Now, UCSD is looking to open its very own vaccination super site on Monday, February 8 at its recreation center. It has a target of administering 5,000 doses of vaccine a day, but according to an email from Senior Communications and Media Relations Manager at UC San Diego Health Yadira Galindo, that number will fluctuate based on the vaccine supply chain.

“We anticipate beginning inoculations at 1,000 persons per day at RIMAC, growing that number to our target as doses become more abundant and readily available,” the email states.

The university plans on using this site to vaccinate UCSD Health patients and UCSD faculty and staff who are eligible for the vaccine. The site opens on February 8 and the hours are 7 a.m. to 7 p.m., seven days a week.

That vaccination site might help when younger people qualify for the vaccine as UCSD is recovering from a spike in student cases from the beginning of the term. 245 students tested positive for the virus between January 4 and January 16. 61 employees also tested positive during that time.

The university attributed the surge to the number of community members returning to the San Diego area following the winter break.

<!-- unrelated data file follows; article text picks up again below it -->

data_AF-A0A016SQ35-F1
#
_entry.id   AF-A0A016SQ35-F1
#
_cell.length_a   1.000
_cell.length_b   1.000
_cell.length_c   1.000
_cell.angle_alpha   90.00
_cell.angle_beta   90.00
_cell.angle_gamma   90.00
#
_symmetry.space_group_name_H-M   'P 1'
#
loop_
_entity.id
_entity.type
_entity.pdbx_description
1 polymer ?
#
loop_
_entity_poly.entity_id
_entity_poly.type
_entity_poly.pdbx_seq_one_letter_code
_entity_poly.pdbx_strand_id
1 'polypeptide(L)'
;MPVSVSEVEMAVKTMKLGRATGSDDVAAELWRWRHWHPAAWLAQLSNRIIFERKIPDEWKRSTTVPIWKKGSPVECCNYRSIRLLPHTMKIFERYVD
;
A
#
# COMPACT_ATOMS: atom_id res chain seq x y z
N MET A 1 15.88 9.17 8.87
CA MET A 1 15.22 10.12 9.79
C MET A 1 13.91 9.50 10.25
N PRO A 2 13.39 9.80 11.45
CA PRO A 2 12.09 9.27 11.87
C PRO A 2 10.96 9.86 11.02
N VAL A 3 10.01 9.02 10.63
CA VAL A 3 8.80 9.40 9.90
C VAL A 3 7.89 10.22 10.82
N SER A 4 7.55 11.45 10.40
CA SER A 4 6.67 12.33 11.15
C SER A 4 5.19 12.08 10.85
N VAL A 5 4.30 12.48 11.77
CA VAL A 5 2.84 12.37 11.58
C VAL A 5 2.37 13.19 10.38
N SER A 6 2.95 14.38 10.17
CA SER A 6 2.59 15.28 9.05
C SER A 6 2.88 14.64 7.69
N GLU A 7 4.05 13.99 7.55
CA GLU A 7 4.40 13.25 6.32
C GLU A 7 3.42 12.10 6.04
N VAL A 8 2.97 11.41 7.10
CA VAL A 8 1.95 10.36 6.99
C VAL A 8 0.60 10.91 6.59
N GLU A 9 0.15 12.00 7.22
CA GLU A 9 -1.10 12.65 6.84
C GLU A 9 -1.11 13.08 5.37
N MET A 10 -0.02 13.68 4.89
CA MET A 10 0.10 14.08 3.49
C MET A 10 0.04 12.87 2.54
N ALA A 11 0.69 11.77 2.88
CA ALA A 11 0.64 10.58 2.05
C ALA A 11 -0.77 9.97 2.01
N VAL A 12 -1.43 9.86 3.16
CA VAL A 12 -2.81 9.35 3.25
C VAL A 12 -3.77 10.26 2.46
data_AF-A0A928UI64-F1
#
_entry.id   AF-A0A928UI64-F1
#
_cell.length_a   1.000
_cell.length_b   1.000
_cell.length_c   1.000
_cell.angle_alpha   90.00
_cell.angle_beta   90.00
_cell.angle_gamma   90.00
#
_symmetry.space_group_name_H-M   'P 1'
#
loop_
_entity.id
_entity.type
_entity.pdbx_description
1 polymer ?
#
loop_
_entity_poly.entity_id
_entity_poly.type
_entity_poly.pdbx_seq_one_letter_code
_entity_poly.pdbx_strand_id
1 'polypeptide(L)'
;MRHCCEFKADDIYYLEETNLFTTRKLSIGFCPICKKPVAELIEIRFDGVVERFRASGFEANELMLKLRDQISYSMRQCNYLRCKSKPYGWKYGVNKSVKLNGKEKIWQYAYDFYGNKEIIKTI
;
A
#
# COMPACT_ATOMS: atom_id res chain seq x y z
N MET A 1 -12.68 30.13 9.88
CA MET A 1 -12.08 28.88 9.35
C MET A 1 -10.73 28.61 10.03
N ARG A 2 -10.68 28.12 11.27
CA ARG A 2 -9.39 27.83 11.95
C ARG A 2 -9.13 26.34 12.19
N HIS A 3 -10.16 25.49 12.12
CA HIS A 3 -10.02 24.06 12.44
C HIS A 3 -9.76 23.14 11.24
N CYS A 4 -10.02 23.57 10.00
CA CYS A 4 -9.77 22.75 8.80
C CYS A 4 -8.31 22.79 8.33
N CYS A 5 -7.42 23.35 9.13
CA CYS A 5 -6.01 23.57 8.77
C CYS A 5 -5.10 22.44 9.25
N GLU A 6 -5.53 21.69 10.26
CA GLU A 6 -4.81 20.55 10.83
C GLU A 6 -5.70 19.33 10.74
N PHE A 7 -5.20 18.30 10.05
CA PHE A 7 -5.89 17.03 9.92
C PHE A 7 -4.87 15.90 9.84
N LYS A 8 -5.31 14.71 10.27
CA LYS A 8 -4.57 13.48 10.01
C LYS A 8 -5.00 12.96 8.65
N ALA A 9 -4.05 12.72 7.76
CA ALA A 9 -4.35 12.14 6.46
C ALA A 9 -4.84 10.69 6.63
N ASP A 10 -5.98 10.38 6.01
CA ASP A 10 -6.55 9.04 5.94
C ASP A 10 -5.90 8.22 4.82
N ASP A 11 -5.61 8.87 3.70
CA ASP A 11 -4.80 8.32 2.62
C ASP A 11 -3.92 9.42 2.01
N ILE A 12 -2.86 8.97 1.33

Since then, 29 students, both on and off-campus, have tested positive for the virus. A relatively low case count compared to the beginning of the year.

UC San Diego has taken efforts to get students back into the classroom to a whole new level. Since last quarter, large outdoor tents have popped up around campus, hosting hundreds of students to learn among their peers.

San Diego is famous for its paradisiacal climate, which makes it a perfect setting for outdoor tents. It is winter quarter, however, and the rains do eventually come.

An abnormally strong winter storm struck San Diego County the last week of January. The weather was so bad, that classes were canceled for outdoor tents on Monday, January 25 and Friday, January 29. 

Christine Clark, assistant communications director with UCSD, confirmed in an email that class was canceled for the whole day on those days, but no damages were done to the outdoor classrooms.

County sets up shop at Cal State San Marcos as students move to campus